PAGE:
- Pupuk Kaltim planning $1 bln plant for ammonia, urea
- Firm among Asia-Pacific’s biggest fertiliser producers
- Expansion could be funded by borrowing, IPO
- Firm gained market share on Ukraine war disruption – CEO
JAKARTA, March 10 (Reuters) – Southeast Asia’s biggest urea fertiliser maker PT Pupuk Kalimantan Timur (Pupuk Kaltim) plans to invest at least $1 billion to increase its capacity and set up a soda ash plant, its chief executive said on Friday.
The Indonesian state-controlled company is considering funding the expansion by launching an initial public offering (IPO) or borrowing, though chief executive Rahmad Pribadi said Pupuk Kaltim also has accumulated cash from the previous two years’ profits.
“With very high cash on hand, and our leverage (level) is very low, we have a lot of options,” Rahmad said in an interview, underlining the expansion plans were not contingent on the IPO.
“We have an expansion capacity, with certain debt-to-equity ratio, of around 40 trillion rupiah ($2.59 billion),” he said.
State-Owned Enterprise Ministry officials in December told parliament that Pupuk Kaltim is among the state companies that would launch an IPO this year and sources told Reuters in January it aims to sell a 20% stake at the offering to raise $500 million.
Rahmad said an IPO would be decided by shareholders.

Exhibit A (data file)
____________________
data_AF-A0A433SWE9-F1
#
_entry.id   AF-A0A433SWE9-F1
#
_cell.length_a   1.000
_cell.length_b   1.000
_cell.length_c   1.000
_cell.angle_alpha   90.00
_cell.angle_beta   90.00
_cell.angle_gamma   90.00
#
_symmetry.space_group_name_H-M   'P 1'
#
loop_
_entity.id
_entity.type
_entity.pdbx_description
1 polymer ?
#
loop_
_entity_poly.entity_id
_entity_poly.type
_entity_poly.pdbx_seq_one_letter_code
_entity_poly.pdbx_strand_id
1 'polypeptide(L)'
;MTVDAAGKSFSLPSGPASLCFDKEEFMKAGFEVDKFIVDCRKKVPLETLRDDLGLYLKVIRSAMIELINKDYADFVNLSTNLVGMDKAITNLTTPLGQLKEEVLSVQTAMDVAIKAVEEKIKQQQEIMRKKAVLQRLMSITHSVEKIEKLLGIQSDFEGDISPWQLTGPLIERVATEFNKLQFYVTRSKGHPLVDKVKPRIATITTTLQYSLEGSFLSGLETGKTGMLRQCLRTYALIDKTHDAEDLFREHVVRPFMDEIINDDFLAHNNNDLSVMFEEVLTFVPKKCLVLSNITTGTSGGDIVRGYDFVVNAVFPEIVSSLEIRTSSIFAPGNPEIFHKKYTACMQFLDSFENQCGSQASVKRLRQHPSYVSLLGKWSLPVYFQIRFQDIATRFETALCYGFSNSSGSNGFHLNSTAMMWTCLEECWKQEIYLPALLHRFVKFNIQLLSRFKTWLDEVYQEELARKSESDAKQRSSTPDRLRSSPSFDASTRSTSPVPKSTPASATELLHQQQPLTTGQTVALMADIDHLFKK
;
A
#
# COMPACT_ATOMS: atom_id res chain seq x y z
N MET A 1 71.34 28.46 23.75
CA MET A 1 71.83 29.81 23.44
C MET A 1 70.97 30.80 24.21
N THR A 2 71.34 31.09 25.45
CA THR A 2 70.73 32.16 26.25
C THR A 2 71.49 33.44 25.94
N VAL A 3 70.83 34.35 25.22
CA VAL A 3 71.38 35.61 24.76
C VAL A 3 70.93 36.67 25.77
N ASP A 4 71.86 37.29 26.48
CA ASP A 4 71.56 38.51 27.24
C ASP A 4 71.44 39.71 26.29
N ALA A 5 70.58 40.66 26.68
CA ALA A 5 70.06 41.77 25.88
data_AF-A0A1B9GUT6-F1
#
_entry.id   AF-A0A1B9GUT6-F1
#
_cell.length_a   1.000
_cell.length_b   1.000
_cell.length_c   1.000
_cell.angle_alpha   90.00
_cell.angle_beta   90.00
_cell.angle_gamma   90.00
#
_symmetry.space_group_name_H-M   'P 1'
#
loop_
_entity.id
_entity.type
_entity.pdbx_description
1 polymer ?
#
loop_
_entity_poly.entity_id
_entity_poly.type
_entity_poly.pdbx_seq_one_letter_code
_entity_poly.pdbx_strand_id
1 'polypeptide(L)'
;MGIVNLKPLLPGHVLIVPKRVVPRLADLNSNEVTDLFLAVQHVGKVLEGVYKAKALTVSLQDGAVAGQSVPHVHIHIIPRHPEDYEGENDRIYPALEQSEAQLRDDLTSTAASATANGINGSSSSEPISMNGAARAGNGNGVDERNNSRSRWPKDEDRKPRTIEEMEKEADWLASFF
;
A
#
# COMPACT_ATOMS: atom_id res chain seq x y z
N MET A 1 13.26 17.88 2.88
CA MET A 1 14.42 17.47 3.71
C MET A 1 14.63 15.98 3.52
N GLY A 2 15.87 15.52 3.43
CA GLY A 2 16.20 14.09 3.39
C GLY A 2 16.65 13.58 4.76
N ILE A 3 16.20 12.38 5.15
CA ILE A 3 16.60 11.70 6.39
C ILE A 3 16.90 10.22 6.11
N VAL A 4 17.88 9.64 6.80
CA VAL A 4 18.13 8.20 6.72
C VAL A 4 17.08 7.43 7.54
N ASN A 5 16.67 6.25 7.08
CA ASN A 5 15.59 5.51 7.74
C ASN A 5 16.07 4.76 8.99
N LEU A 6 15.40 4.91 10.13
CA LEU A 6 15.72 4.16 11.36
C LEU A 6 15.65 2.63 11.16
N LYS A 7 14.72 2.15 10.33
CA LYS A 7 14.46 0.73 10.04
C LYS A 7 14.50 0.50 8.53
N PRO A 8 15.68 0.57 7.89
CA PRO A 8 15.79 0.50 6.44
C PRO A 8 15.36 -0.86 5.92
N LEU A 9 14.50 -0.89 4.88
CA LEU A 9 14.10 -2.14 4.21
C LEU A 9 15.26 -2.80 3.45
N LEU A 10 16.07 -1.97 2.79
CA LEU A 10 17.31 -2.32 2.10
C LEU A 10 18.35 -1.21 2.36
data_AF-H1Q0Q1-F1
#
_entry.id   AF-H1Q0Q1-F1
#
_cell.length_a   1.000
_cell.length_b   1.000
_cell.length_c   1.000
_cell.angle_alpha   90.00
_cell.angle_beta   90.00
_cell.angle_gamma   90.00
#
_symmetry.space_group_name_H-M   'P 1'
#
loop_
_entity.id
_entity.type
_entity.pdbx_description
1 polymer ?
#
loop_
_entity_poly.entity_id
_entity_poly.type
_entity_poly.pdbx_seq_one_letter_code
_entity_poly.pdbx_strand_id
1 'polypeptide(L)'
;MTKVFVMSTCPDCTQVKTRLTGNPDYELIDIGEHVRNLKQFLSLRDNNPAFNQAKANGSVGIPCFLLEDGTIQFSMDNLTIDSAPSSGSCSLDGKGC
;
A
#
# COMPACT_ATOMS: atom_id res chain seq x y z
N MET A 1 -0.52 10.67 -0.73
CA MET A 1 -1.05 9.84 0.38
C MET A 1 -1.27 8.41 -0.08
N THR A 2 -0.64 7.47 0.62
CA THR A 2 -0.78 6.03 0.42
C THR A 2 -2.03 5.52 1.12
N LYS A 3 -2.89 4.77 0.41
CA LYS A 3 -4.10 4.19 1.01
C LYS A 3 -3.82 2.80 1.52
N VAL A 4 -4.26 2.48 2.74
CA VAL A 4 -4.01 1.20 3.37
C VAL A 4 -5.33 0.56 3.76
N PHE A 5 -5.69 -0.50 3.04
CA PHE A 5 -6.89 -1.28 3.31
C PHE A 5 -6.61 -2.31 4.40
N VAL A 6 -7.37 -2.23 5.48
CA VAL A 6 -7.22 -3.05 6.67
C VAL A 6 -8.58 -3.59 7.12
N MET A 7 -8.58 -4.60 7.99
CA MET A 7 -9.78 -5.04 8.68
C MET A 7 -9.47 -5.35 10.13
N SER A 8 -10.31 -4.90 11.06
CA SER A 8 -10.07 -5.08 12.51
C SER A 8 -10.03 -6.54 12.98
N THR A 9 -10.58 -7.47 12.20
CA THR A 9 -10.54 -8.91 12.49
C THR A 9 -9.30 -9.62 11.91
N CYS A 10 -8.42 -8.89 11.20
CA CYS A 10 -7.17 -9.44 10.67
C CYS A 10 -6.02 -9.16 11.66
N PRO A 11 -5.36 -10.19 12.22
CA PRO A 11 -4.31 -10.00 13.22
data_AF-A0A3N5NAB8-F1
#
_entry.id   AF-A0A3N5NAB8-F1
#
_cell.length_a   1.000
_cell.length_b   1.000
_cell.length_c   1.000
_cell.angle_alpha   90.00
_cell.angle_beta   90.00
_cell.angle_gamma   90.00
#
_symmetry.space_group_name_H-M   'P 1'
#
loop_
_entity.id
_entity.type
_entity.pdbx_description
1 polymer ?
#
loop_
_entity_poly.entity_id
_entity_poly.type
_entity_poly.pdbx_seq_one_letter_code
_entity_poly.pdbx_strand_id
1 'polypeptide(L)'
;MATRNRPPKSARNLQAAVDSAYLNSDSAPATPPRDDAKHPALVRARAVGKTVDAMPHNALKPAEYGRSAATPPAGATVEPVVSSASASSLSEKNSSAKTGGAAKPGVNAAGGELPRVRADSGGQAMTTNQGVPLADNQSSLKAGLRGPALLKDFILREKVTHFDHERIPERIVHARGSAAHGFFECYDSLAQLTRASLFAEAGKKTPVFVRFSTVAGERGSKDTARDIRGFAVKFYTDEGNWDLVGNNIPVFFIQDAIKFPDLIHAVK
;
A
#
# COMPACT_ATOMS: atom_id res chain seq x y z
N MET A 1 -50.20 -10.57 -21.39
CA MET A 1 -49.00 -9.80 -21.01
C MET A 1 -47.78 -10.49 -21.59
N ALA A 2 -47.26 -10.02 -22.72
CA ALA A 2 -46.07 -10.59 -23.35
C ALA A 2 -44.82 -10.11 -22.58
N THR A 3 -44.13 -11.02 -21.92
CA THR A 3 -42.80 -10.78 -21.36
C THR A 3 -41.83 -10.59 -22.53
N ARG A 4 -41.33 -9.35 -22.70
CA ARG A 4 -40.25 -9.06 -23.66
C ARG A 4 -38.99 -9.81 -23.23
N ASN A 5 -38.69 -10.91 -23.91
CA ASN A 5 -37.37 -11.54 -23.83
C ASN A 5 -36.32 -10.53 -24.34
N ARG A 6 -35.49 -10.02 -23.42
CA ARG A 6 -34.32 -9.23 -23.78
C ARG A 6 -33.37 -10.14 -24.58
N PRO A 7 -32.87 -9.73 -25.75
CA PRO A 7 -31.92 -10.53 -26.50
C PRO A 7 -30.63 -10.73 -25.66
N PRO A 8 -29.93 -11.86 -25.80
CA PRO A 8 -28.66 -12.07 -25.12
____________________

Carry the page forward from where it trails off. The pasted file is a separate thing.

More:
Pupuk Kaltim’s expansion plans include building a fertiliser factory to produce 660,000 tonnes of ammonia and 1.2 million tonnes of urea in Fakfak, West Papua, likely to cost over $1 billion, Rahmad said.
It hopes to start construction next year with an operational date estimated for 2027, he said.
The plant would get gas feedstock from nearby Kasuri block operated by Malaysia’s Genting Oil & Gas, he said. The two companies signed an initial sales agreement last month.
Pupuk Kaltim would also build a 100,000 tonne NPK fertiliser plant in Bontang, East Kalimantan, where it is based, he said.
The firm currently makes 2.7 million tonnes of ammonia, 3.4 million tonnes of urea and 350,000 tonnes NPK fertiliser per year, making it among the Asia-Pacific’s biggest producers.
Seeking to diversify, Pupuk Kaltim will also develop a plant that makes 300,000 tonnes of soda ash in Bontang, Rahmad said.
The company gained market shares last year in the region, especially Australia, plus Latin America, he said, following a global fertiliser shortage due to the war in Ukraine. It aims to expand into those markets further.
“Because of the war, the attitude of all countries were protecting their self interest. China, Russia didn’t export, so there was a space left by players that usually exported to Australia,” he said.
“I can confidently say that nearly all of the space left by those players was filled by Pupuk Kaltim.”
($1 = 15,445.0000 rupiah)
Reporting by Gayatri Suroyo, Fransiska Nangoy; Editing by Martin Petty
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